He is, for the moment, a man without a country. But, it looks like he may find another one soon. In a daring move right out of a Daniel Silva thriller, Edward Snowden, self-confessed NSA whistle-blower, fled Hong Kong for Moscow, where he’s reportedly on his way to asylum in Ecuador.
Whether you think Snowden’s a patriot or traitor, you have to admire his moxie. In this first round, it was him vs. the power and prestige of the United States of America. And Snowden won. He outwitted the entire Department of Justice — which, it turns out, might not be as hard as it seems.
For some strange reason, it took the Department of Justice almost two weeks to file its request for extradition. And, according to Hong Kong officials, when the DOJ finally did so, the papers were not properly filled out. Meanwhile, Snowden’s passport was not revoked until June 22, almost two weeks after he came forward as the source of the NSA story, giving him ample time to plot his escape. The DOJ, in other words, screwed up what should have been an easy catch, giving President Obama one more good reason to fire Attorney General Eric HolderEric H. HolderDNC chairman: Trump’s tax cuts and budget plans are 'morally bankrupt' Holder: Trump's election fraud claims are laying foundation for voter suppression Dem rep: Jim Crow's 'nieces and nephews' are in the White House MORE.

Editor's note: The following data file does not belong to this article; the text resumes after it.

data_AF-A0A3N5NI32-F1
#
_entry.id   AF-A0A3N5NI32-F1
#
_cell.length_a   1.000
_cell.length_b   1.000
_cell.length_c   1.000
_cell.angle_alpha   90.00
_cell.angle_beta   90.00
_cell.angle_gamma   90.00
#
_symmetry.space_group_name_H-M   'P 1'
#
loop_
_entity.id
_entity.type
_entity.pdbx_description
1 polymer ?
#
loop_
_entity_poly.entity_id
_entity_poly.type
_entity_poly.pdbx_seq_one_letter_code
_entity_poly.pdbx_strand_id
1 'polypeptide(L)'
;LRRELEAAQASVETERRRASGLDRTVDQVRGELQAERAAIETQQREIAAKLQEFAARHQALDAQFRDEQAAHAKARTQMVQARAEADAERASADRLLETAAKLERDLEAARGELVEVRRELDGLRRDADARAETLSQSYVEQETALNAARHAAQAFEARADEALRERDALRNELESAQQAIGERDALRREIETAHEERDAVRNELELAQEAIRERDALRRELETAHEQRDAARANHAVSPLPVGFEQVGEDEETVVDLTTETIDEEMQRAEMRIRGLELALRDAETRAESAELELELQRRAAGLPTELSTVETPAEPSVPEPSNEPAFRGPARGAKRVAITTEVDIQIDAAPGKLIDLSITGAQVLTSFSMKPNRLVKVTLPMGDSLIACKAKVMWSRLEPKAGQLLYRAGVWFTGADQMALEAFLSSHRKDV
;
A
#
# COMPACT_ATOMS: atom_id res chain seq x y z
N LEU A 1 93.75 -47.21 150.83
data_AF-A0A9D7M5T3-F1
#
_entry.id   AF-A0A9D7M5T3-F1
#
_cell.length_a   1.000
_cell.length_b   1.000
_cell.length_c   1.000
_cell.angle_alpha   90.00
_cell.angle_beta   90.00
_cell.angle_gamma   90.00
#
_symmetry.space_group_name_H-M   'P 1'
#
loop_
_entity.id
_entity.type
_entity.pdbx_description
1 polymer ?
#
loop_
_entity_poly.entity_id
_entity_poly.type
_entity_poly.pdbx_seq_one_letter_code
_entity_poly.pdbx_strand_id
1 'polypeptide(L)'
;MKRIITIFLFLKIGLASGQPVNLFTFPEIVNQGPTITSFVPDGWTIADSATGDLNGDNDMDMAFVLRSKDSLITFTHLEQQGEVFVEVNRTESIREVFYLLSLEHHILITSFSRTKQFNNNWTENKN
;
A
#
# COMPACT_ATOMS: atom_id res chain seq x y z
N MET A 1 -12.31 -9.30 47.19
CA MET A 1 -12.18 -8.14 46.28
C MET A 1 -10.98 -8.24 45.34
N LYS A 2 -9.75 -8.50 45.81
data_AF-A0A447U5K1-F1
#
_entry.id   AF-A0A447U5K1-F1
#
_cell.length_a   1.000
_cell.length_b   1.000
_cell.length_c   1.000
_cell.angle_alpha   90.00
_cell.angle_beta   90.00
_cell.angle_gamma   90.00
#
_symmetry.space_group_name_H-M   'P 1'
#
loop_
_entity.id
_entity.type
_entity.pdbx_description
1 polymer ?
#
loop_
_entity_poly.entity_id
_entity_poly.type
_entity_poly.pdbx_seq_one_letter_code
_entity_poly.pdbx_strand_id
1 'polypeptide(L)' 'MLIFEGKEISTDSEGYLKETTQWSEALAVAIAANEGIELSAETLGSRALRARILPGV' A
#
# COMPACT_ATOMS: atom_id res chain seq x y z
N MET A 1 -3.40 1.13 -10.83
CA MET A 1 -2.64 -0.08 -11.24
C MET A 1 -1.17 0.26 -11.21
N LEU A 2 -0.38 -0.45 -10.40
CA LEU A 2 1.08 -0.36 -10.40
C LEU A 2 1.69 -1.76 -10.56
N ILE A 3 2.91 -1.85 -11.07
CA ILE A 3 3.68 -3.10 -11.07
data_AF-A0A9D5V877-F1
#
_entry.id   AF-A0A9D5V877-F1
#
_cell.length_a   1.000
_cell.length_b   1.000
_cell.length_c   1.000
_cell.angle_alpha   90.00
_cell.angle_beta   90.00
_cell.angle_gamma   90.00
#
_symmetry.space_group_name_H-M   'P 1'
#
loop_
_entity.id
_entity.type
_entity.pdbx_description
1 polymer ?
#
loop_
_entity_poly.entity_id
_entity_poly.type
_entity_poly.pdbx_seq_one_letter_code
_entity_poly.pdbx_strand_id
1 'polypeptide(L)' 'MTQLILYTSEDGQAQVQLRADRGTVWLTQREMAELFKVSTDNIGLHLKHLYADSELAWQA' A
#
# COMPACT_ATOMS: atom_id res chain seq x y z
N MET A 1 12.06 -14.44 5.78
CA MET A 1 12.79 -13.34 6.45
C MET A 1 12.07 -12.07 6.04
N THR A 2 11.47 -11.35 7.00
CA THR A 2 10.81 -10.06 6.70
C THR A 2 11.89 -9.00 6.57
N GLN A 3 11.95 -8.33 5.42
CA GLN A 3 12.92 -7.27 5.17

Snowden’s fate will no doubt be hotly debated in the weeks and months ahead. That’s a legitimate topic for debate, but it’s also unfortunate. In this sense, quibbling over what should happen to Snowden could completely overshadow a more serious debate over what the NSA is doing: amassing all this phone call data.
Illinois Democrat Dick DurbinDick DurbinLawmakers reintroduce online sales tax bills Democrats exploring lawsuit against Trump Senators warn of 'dangerous' cuts to International Affairs Budget MORE, in the Senate, and Reps. John Conyers (D-Mich.) and Justin AmashJustin AmashBipartisan push grows for new war authorization The Hill's Whip List: 21 GOP no votes on new ObamaCare replacement bill Oversight Dems want vote on Trump tax return bill MORE (R-Ill.), in the House, have raised serious questions about the NSA’s wholesale vacuuming of phone company records. How long are they keeping such records? What use are they making of the database? How many people have access to these storage bins? And, without a court-approved order of “reasonable suspicion,” what right does the NSA have to invade our privacy and capture this data in the first place?
That’s the real debate we should be having in this country. Forget Edward Snowden, wherever he lands. The real issue is whether, after 9/11, we Americans must sacrifice every shred of privacy we have left in the name of “national security.”
Press is host of “The Full Court Press” on Current TV and author of The Obama Hate Machine.